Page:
Talking COVID-19 and Kindness with Wendy Halliday

Posted by See Me, 26 May 2020

Right now we’re living through a time where more people than ever before will be struggling with their mental health. People with pre-existing mental heath conditions will still be struggling, maybe worse than before, and people who have never had mental health challenges before may be finding things difficult now.

Many of us have had to take time to adjust to new way of living and working, which isn’t easy, but we can all do our part to encourage people to talk openly about mental health, tackle stigma and provide support.

So for Mental Health Awareness week our director Wendy spoke to Lucy Mulvagh at The Alliance about what we’re doing to tackle mental health stigma, COVID-19 and kindness. You can find the link to the full podcast below.

How are See Me, the team and wider group of See Me volunteers coping so far with COVID-19?  

We left the office in March unsure about what we were going into, but the team have done amazingly well to stay resilient and focused. They’ve shown incredible  flexibility and done really well at balancing their mental health and wellbeing, their family and work life, and I’m really proud of what we’ve been able to achieve.

At the heart of See Me we have both youth and adult volunteers who all have lived experience of mental health problems, and we knew that this might be a difficult time for them. Some have had to take a step back to pay attention to and look after their own mental health, which we fully encourage and support, but some have found that they feel able and have time to do more, which we’re really appreciative of.

How has it been continuing to engage with and support the army of See Me volunteers?

Our Social Movement and Education and Young People’s team have done an amazing job at having regular catch ups with volunteers, including phone check-ins. We also have a weekly mail out that goes out to volunteers with updates for them, as well as what opportunities there are to get involved with that we have going on, like activities for Mental Health Awareness Week. We’re encouraging them to share with us what they’re doing during this time, and our focus has very much been on supporting them to take action and challenge stigma in ways that are important and doable for them during lockdown.

We’ve also adjusted the way we’re engaging with volunteers and have set up a new Facebook group to encourage them to link in and be active. For our young volunteers we have youth workers, who were former volunteers, and they have been engaging youth champions and coordinating activity and hosting fun activities like quizzes. They have been looking into how they can lead on creating more content  for See Me, on areas of stigma and discrimination they really care about.

See Me is working on several different things at the moment in relation to COVID-19, including Pass the Badge and Feels FM. Can you tell us a bit more about some of this work that you and the team are doing?

Initially we revised our planning to focus on where we can add value and focus to mental health stigma and discrimination in the current climate.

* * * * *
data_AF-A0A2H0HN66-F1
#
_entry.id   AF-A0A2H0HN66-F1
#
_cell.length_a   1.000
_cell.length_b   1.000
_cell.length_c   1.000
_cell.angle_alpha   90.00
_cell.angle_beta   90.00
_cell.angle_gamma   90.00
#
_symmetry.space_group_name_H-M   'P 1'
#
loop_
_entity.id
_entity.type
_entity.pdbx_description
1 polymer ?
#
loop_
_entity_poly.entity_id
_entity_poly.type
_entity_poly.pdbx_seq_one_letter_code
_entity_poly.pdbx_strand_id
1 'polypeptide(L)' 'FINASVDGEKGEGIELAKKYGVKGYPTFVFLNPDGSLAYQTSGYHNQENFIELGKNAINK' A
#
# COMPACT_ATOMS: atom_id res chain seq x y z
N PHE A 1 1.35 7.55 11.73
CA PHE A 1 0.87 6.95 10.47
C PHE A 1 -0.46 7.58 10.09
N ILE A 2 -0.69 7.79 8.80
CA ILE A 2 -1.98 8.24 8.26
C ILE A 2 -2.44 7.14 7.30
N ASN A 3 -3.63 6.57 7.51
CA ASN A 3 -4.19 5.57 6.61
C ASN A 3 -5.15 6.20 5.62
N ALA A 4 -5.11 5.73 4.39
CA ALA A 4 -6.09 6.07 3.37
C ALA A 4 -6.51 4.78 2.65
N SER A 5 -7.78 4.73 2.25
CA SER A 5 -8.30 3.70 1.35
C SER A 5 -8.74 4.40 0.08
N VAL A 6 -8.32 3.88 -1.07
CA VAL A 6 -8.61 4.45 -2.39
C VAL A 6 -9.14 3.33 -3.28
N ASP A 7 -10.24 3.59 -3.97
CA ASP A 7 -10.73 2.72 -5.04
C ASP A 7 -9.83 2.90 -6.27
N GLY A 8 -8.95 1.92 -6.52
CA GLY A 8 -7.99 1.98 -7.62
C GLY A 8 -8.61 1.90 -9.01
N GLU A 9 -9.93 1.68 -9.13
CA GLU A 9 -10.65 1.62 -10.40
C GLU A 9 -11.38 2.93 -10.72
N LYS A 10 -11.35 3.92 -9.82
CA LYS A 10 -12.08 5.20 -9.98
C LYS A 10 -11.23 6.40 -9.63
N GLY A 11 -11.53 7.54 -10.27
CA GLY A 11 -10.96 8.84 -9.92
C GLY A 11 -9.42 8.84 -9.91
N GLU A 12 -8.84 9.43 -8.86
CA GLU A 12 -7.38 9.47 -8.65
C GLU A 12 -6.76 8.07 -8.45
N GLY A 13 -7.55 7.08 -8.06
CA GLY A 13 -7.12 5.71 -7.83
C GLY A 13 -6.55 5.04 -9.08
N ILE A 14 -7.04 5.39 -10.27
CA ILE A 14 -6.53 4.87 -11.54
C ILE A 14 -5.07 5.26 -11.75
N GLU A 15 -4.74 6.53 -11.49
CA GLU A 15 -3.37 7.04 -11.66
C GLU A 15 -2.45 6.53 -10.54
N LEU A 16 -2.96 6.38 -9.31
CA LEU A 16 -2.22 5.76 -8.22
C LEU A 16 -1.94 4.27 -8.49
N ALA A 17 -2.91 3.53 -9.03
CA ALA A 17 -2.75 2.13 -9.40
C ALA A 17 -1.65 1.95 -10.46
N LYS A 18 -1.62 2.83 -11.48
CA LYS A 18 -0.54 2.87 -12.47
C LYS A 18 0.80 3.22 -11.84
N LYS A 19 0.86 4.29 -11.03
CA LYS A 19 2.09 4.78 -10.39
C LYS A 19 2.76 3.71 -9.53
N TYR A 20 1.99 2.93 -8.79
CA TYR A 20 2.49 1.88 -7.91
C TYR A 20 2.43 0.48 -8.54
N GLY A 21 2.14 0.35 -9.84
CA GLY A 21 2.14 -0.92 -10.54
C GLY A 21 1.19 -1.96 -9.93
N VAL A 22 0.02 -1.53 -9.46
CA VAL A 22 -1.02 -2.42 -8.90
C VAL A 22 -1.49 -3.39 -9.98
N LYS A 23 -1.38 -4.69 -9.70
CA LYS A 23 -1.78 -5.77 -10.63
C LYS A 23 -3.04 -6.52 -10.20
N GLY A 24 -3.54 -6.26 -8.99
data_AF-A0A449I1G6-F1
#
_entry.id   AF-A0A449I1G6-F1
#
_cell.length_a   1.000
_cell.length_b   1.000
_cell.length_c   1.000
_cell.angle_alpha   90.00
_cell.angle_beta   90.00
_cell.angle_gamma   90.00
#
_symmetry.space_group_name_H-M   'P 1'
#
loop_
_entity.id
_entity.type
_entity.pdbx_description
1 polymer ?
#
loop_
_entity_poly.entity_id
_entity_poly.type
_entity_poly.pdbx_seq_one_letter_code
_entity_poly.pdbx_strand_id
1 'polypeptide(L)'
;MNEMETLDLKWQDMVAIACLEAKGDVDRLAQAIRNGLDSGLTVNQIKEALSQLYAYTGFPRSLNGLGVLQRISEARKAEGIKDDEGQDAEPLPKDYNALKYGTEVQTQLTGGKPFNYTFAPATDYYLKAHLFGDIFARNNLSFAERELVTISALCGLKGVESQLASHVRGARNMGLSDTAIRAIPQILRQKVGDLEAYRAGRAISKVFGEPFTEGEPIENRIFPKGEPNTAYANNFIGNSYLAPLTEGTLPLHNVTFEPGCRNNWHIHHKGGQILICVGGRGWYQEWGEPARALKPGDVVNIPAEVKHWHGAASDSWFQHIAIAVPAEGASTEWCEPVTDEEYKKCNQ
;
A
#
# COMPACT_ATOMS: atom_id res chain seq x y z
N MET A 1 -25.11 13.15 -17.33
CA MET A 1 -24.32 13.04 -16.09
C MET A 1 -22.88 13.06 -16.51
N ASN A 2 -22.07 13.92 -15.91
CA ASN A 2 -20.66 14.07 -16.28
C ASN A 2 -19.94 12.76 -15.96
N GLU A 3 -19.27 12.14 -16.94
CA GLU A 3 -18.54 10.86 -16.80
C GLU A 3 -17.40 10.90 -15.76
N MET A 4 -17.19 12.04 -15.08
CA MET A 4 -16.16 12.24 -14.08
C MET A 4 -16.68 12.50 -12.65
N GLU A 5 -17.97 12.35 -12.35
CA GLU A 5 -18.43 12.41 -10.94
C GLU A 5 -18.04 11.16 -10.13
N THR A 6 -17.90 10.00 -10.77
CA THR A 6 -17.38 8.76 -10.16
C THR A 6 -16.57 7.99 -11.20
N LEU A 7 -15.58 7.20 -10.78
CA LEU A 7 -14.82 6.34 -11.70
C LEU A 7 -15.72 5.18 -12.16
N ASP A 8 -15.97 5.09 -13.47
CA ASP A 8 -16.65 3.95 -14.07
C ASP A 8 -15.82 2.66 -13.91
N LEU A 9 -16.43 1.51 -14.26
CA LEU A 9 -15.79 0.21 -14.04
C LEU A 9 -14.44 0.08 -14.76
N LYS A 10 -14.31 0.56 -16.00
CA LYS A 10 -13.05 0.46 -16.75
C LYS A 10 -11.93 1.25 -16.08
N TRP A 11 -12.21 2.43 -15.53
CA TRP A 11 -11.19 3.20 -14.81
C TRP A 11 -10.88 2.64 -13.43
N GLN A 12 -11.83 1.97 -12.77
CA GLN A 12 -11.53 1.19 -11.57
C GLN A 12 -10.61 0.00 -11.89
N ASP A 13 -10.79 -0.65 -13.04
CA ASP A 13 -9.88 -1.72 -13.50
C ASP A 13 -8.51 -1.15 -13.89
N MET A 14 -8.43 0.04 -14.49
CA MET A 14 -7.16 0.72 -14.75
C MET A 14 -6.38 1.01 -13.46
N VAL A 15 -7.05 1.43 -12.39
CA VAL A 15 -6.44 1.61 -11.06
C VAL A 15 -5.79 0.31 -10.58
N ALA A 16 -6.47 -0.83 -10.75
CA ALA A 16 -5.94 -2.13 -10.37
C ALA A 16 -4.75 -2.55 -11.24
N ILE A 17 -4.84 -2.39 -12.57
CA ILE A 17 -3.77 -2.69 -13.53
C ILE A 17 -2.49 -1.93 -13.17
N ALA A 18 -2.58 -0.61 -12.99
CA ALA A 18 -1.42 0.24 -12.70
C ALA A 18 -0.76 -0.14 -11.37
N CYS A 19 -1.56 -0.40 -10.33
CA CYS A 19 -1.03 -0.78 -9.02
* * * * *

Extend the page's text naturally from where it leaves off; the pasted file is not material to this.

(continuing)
We’ve also been looking at what might be needed when lockdown restrictions start to ease up, and what might be required in the long term.

It was very quickly realised that mental health was being discussed much more than it was before, which is great. There’s a lot of really helpful  information on wellbeing, and how and where to get support, so we quickly reviewed that and focused on the things we could add value to, having a focus on stigma in the current climate. We realised that for some people  this might be the first time they’re experiencing a mental health problem, and that those with existing mental health issues might be struggling more than before. We also realised that there was growing  anxiety around people being unable to get the support they need and wanted to encourage people to look out for each other, and give them the tools to have conversations about mental health and encourage them to seek support when they needed it.

We know that staying connected really helps, so we used our Pass the Badge campaign to connect people up and get them talking about mental health,

The campaign involves visiting the Pass the Badge website, to upload a photo showing how you are right now to get the digital badge put on it and then sharing on social media, using #PassTheBadge, to join in a conversation on our mental health and how we’re feeling. Then tag others so they can get involved. So far we’ve had 593 people get involved on Twitter alone, and you can still involved now.

We’ve also been focusing on our key messaging and how our resources can help people start conversations about mental health and reach out to others during this time.

For example, you might be worried that someone you care about is struggling with their mental health due to the current situation, but you don’t know how to talk to them. So to help you could use our Communities Can pack for our Top Tips for Talking About Mental Health, or our What’s On Your Mind Card. You can find links to all our messages and resources on the resources section of our website.

There is also a link on our home page to a wide variety of help and support related to COVID and mental health.

We’ve been working with the Scottish Ambulance Service on supporting health care staff to speak about their mental health, give tips on looking out for colleagues and helping managers with tools like Lets Chat, to have helpful conversations. We also created an animation which they are sharing internally to start conversations at this difficult time.

And of course there’s the other work that See Me does to fund and help build capacity of partners, which has been continuing during COVID-19. How’s that going?